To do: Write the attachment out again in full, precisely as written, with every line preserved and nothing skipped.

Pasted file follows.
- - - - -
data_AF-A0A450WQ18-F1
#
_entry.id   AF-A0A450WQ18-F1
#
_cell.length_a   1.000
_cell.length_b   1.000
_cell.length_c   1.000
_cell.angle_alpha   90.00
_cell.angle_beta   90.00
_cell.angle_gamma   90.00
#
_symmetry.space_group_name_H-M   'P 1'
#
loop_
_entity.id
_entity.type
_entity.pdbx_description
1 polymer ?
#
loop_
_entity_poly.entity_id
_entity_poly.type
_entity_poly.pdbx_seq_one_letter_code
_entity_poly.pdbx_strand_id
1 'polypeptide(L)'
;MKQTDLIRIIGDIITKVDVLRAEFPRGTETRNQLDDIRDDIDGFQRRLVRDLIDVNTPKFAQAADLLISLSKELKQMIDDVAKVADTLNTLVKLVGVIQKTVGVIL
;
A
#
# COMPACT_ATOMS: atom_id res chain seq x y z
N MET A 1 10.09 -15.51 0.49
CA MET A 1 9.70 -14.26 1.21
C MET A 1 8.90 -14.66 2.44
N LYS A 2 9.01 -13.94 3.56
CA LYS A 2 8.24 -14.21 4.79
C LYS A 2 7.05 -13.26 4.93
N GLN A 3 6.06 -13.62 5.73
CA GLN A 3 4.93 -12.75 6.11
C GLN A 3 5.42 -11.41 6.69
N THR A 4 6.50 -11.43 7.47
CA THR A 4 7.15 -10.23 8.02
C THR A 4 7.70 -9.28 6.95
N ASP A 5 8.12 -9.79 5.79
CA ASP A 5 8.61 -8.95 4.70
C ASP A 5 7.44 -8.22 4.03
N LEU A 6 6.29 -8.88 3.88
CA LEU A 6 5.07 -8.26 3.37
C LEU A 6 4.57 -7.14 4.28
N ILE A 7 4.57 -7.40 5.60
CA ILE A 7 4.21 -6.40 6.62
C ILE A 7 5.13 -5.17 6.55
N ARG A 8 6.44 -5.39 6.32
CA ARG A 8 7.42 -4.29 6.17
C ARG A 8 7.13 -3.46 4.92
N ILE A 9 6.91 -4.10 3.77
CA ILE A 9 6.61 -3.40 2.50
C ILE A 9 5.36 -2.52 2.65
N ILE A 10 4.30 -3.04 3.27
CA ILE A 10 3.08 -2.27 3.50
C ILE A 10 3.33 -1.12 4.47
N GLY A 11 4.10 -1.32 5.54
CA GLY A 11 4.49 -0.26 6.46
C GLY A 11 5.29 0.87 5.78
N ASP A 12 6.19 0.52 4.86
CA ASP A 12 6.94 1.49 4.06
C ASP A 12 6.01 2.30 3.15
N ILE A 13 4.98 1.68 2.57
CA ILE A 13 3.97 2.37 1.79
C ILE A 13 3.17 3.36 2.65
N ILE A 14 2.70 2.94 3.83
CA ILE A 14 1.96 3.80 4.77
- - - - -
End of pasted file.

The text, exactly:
data_AF-A0A450WQ18-F1
#
_entry.id   AF-A0A450WQ18-F1
#
_cell.length_a   1.000
_cell.length_b   1.000
_cell.length_c   1.000
_cell.angle_alpha   90.00
_cell.angle_beta   90.00
_cell.angle_gamma   90.00
#
_symmetry.space_group_name_H-M   'P 1'
#
loop_
_entity.id
_entity.type
_entity.pdbx_description
1 polymer ?
#
loop_
_entity_poly.entity_id
_entity_poly.type
_entity_poly.pdbx_seq_one_letter_code
_entity_poly.pdbx_strand_id
1 'polypeptide(L)'
;MKQTDLIRIIGDIITKVDVLRAEFPRGTETRNQLDDIRDDIDGFQRRLVRDLIDVNTPKFAQAADLLISLSKELKQMIDDVAKVADTLNTLVKLVGVIQKTVGVIL
;
A
#
# COMPACT_ATOMS: atom_id res chain seq x y z
N MET A 1 10.09 -15.51 0.49
CA MET A 1 9.70 -14.26 1.21
C MET A 1 8.90 -14.66 2.44
N LYS A 2 9.01 -13.94 3.56
CA LYS A 2 8.24 -14.21 4.79
C LYS A 2 7.05 -13.26 4.93
N GLN A 3 6.06 -13.62 5.73
CA GLN A 3 4.93 -12.75 6.11
C GLN A 3 5.42 -11.41 6.69
N THR A 4 6.50 -11.43 7.47
CA THR A 4 7.15 -10.23 8.02
C THR A 4 7.70 -9.28 6.95
N ASP A 5 8.12 -9.79 5.79
CA ASP A 5 8.61 -8.95 4.70
C ASP A 5 7.44 -8.22 4.03
N LEU A 6 6.29 -8.88 3.88
CA LEU A 6 5.07 -8.26 3.37
C LEU A 6 4.57 -7.14 4.28
N ILE A 7 4.57 -7.40 5.60
CA ILE A 7 4.21 -6.40 6.62
C ILE A 7 5.13 -5.17 6.55
N ARG A 8 6.44 -5.39 6.32
CA ARG A 8 7.42 -4.29 6.17
C ARG A 8 7.13 -3.46 4.92
N ILE A 9 6.91 -4.10 3.77
CA ILE A 9 6.61 -3.40 2.50
C ILE A 9 5.36 -2.52 2.65
N ILE A 10 4.30 -3.04 3.27
CA ILE A 10 3.08 -2.27 3.50
C ILE A 10 3.33 -1.12 4.47
N GLY A 11 4.10 -1.32 5.54
CA GLY A 11 4.49 -0.26 6.46
C GLY A 11 5.29 0.87 5.78
N ASP A 12 6.19 0.52 4.86
CA ASP A 12 6.94 1.49 4.06
C ASP A 12 6.01 2.30 3.15
N ILE A 13 4.98 1.68 2.57
CA ILE A 13 3.97 2.37 1.79
C ILE A 13 3.17 3.36 2.65
N ILE A 14 2.70 2.94 3.83
CA ILE A 14 1.96 3.80 4.77